Focus on these three things this year
The world will not end this year. I have been closely monitoring the digitalisation of companies and society for years from the perspective of customer experience management. I have been fortunate enough to be involved in helping companies to change and find new business models. I would like to highlight three things on the basis of my experience that I think will become much more important this year from the point of view of customer experience management.
1. Marketing that actually serves
I have previously spoken of the growing importance of persuasive marketing. These words may sound slightly suspicious when put together but how much easier does it make things when the vehicle inspection station sends you a letter to remind you that your car is due to be inspected or has even already made an appointment for you? I certainly appreciate it.
However, poorly targeted text messages and emails have damaged the reputation of targeted direct marketing. Because of that, very few people can even expect marketing that is targeted towards their needs. At its best, proactive and contextual marketing would mean that customers do not need to search for services; instead, the service comes to the customer at precisely the right time.
It is my view that people are more willing to embrace persuasive marketing than companies think. By this I mean that although I do not want to share my private life with everybody on the internet, I would still appreciate it if my online supermarket could automatically place some of the products I need into my shopping basket or if I received a perfectly timed personal message when there are discount tickets or information about hotels in my holiday destination.
Fully personalized, very precisely targeted marketing works and generates genuine added value for your customers. Stores and banks have amassed a large amount of data about their customers - they often just do not have the required capabilities to use it correctly.
2. Innovation in networks
Ideas can be born anywhere at any time. They often arise in everyday situations as solutions to everyday problems. But if we wish to consciously create innovation, the probability of doing so increases in a multi-disciplinary environment. It increases when different people from different sectors interact. This is the basis for the ideology of Aalto University and our recently launched Bubble Sessions, which bring together with thought leaders from different sectors.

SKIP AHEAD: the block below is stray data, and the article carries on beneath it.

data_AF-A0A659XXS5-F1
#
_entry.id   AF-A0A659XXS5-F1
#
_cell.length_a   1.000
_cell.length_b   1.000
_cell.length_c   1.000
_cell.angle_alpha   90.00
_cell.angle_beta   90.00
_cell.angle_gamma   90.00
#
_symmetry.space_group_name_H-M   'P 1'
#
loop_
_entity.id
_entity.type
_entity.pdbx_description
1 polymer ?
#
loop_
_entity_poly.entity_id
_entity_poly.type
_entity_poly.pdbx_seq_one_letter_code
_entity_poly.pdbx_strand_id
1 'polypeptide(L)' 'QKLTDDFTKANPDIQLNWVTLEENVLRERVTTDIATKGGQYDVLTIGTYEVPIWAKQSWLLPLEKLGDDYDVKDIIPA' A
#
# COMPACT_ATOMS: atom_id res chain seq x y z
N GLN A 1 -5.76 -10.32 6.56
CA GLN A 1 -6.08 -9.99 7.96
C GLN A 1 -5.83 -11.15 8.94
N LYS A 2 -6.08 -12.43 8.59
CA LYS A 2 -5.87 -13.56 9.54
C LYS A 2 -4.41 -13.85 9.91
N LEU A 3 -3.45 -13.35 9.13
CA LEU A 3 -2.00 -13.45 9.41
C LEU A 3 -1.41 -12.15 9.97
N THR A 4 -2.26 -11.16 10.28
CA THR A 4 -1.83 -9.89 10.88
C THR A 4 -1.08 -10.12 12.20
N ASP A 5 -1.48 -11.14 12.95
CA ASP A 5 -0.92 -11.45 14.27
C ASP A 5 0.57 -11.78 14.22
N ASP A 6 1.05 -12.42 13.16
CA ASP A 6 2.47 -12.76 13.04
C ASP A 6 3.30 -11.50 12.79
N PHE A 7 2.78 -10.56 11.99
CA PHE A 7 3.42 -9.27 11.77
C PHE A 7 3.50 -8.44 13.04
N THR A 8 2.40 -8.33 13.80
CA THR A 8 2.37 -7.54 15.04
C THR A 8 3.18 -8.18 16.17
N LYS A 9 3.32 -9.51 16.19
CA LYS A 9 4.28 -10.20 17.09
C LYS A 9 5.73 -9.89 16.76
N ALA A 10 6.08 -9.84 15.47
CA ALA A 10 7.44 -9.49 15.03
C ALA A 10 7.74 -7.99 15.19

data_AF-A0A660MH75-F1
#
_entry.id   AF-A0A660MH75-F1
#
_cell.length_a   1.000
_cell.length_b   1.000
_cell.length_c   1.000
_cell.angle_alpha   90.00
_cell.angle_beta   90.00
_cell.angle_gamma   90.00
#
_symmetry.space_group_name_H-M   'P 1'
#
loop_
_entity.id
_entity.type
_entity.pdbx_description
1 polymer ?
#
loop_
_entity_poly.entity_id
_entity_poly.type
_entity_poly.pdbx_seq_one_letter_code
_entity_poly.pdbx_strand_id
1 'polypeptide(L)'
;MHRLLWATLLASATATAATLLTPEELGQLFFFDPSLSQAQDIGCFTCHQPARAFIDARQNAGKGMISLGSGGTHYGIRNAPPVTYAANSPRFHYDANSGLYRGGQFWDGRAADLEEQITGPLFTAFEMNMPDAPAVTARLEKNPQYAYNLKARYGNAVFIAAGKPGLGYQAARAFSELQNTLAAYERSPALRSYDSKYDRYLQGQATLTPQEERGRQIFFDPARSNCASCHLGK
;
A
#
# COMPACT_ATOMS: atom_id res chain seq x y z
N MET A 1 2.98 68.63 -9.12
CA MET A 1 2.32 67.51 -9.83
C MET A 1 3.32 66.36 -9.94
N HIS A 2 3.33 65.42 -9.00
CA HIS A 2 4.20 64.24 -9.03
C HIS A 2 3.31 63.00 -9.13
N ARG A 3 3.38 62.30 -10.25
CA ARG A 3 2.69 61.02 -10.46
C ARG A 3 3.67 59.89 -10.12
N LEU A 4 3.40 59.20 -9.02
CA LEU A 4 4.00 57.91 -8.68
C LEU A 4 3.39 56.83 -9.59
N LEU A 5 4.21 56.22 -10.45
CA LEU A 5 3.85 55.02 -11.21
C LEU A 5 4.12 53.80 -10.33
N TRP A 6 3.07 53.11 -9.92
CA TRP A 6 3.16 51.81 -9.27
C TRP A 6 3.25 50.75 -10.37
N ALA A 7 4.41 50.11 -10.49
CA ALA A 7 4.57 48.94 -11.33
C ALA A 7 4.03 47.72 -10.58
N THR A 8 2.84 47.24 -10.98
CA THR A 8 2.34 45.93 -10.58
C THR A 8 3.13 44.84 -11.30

Another good example is the Tieto Experience Hub, which enables us to bring together a variety of customers, partners and mindsets. Every sector is in the midst of change and the recipe for success is no longer to be found within small circles of contacts. Companies must be brave enough to collide and interact with each other, and address different subjects and problems. It is my view that the future of retail will not be found by encouraging retailers to talk amongst themselves, but instead making them collide and innovate for example with media houses. Read more about Tieto Experience Hub, innovation and transparency written by my colleague Katarina Segerståhl here.
3. Make digitalisation tangible
People are talking about digitalisation again – the good sides and the threats. In my opinion, the debate focuses on matters that are too abstract and I have noticed that several customers are tired of continuously hearing about a subject that they cannot get grips with.
Uber, Spotify, Kutsuplus and many others are good examples of how new business models can be created and put into practice. Who wouldn't want to invent the next Uber? When trends (such as technological advancement and changes in consumer behaviour) are combined with customer challenges, and when innovation is added into the mix, the outcome becomes more tangible.
Mikael Aro, the Managing Director of VR, the Finnish railway company, has written about travelling trends in his blog post. WiFi and "infotainment" are revolutionizing traditional logistics business opportunities. Creativity is the only limiting factor in the search for ways to make passengers' journeys more enjoyable. Another good example may be the way in which gamification could promote the use of occupational well-being services provided by pension companies.
In conclusion: Treat your customers as individuals. Innovate together in unlikely combinations of organizations, individuals or companies. Decide on the tangible opportunities that your business could obtain from digitalisation. This will give you a good head start.